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Comics I Bought 7 January 2010

After some tired rambling about politics and comic books, it’s time for some thoughts on specific comic books, as I return to talking about the weekly haul of books from the month of January this year.

The Boys #38
The origin of The Female by Ennis and Robertson – she was a Japanese girl who accidentally drank an unstable synthetic copy of Compound V as a baby (Ennis has the Japanese scientist talk with strange Englishisms, a rare error on his part) and kept as a guinea pig while they studied her to gain information about her blood. Eventually she escaped and was located by The Boys – at a time when they still had the elusive Mallory as part of the team (Robertson makes sure to draw him so we can’t see his face), and he is responsible for making sure that The Female is treated like a human being. It’s a small tale in the big picture, but it’s well told and necessary.

Doom Patrol #6
‘Things got weird. Weirder.’ This was the line used to describe the Grant Morrison Doom Patrol run, as we get a potted history of the team through the eyes of Larry Trainor aka Negative Man. It’s one of the problems with having a book that has been revamped so many times and had so many different interpretations – something that happens a lot at DC. Giffen and Clark do a good job, but it feels like a lot of effort for little reward (unless other people got more out of it than I did). The Metal Men Second Feature sees the return of Kevin Maguire to art duties, and it’s a joy to see his facial expressions, comedy timing and ability to cram vast amounts of detail beneath the mountains of dialogue, but the strip seems to have lost momentum and I’m not enjoying it as much as the earlier issues. This book is heading into category of possibly being dropped.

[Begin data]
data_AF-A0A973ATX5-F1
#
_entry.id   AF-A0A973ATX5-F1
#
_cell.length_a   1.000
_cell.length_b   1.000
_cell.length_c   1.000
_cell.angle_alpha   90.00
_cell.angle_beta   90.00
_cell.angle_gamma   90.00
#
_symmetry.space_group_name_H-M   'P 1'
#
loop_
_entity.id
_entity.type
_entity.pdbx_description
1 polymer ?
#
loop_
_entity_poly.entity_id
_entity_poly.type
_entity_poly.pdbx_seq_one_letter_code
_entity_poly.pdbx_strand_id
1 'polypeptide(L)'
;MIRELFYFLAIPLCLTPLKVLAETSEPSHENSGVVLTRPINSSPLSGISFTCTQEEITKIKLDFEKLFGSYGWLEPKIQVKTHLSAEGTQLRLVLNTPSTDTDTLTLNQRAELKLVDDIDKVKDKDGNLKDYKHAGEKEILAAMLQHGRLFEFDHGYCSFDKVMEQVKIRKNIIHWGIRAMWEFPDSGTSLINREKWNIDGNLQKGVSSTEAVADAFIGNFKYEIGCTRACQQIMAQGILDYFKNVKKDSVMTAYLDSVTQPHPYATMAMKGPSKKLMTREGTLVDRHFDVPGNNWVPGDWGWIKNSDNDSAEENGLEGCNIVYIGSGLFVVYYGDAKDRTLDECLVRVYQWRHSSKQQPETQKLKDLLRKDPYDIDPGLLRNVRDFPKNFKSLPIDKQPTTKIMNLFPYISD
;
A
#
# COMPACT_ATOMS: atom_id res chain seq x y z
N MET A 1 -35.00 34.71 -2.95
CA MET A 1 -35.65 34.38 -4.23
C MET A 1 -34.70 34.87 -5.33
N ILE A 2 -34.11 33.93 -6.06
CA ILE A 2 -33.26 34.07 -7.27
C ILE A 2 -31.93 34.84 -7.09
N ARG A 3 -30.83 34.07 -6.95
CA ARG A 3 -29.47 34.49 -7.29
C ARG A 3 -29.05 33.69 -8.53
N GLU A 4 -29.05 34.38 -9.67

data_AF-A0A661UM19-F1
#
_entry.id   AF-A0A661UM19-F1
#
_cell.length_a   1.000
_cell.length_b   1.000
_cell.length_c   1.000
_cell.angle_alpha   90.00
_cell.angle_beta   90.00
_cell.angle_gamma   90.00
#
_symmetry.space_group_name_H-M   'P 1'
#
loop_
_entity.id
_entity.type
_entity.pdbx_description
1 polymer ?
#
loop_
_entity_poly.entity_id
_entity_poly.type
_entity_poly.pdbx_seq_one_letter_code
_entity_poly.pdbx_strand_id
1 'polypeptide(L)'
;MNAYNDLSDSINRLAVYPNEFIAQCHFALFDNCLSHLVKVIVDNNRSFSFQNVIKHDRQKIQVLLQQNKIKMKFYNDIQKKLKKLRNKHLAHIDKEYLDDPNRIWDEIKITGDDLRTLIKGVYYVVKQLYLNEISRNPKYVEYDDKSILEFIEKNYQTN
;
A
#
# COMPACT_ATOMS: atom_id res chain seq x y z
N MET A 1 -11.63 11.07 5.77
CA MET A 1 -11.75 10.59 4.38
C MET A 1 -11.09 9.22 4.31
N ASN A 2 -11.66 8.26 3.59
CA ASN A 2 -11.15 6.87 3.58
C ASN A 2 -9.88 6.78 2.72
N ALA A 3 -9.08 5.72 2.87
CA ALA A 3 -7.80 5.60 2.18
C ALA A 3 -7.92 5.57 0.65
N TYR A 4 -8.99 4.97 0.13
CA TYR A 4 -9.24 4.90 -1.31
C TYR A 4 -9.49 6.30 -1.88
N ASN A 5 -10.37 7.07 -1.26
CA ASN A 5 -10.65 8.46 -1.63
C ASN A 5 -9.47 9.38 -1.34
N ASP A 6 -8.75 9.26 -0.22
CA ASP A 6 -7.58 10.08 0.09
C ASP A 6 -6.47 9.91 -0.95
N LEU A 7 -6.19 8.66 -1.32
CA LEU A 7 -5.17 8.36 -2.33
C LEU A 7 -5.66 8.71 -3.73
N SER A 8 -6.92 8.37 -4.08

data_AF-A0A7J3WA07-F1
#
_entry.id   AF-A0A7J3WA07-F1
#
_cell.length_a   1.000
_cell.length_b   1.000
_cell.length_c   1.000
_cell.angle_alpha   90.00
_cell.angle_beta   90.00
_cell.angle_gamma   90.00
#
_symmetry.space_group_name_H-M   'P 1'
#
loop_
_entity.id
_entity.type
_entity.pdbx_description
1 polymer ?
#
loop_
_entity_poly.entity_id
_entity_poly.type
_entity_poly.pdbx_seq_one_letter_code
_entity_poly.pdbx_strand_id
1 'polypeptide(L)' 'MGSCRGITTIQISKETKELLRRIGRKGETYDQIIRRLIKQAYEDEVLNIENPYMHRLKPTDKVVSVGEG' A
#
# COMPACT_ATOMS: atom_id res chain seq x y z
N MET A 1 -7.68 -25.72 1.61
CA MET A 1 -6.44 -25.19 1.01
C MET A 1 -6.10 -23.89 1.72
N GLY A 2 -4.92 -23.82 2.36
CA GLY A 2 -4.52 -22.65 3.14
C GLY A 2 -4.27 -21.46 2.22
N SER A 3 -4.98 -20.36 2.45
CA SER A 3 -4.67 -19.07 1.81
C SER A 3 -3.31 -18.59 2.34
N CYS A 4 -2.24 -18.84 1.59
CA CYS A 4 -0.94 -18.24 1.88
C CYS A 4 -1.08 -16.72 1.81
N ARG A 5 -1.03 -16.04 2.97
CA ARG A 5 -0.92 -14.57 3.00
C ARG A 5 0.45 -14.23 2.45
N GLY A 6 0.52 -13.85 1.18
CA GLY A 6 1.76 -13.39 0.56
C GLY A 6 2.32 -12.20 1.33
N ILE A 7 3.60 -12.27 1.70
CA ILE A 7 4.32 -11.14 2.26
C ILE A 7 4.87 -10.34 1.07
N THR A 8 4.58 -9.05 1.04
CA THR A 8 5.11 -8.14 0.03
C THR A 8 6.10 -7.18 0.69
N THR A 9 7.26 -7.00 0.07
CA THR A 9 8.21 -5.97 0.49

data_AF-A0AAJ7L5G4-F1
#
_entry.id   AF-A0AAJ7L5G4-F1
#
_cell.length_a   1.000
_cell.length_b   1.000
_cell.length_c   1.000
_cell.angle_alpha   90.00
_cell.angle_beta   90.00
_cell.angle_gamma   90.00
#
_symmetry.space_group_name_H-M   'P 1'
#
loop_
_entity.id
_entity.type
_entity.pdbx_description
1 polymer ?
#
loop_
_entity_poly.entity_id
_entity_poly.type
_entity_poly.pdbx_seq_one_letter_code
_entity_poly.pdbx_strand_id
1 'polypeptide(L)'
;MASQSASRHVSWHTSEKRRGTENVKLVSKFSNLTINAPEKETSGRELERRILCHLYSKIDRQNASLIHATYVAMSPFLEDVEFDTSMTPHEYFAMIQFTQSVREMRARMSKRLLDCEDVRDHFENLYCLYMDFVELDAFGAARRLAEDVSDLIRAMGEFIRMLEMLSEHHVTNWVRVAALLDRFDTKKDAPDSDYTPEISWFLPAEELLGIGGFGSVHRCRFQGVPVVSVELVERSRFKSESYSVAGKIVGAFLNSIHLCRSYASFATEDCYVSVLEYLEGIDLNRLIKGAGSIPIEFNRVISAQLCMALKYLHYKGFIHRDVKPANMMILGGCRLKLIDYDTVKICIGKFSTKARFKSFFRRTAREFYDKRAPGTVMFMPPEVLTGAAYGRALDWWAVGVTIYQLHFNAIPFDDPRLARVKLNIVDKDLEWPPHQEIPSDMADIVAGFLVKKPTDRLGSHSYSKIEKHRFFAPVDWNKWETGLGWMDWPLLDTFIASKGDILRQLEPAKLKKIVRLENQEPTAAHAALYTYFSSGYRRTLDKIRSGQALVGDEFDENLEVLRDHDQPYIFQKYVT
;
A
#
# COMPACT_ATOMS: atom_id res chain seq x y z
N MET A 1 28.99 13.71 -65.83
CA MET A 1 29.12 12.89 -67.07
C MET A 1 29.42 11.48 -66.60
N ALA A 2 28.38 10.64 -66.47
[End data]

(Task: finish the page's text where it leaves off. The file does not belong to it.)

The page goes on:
Nation X: X-Factor
Or ‘Why X-Factor Isn’t Part Of Utopia’. I can’t remember the last time there was a special issue to explain why a book wasn’t part of a crossover with the rest of the family of books, but the best person to actually make this work is Peter David. He uses the majority of the story to have fun with the members of X-Factor meeting old friends (and jokes, such as Longshot and Alison ‘Dazzler’ Blaire hooking up, the interaction of Shatterstar with old friends) and his usual witty banter. The only odd part is the introduction of Crone, Scribe of the Others – a slightly annoying character with inscrutable powers and a special book; an off-kilter addition to an otherwise enjoyable non-story.

Stumptown #2
Greg Rucka and Matthew Southworth continue the high quality of the first issue by producing a great second issue – our heroine Dex gets some great dialogue, bantering with the doctor who is fixing her up after last issue, and we meet her friend in the police department, as well as the trouble with the police. The book is mostly conversations, so Southworth has to do a great job to make it visually interesting, and he does it well. This book is developing really well, and I hope it keeps up a regular schedule.

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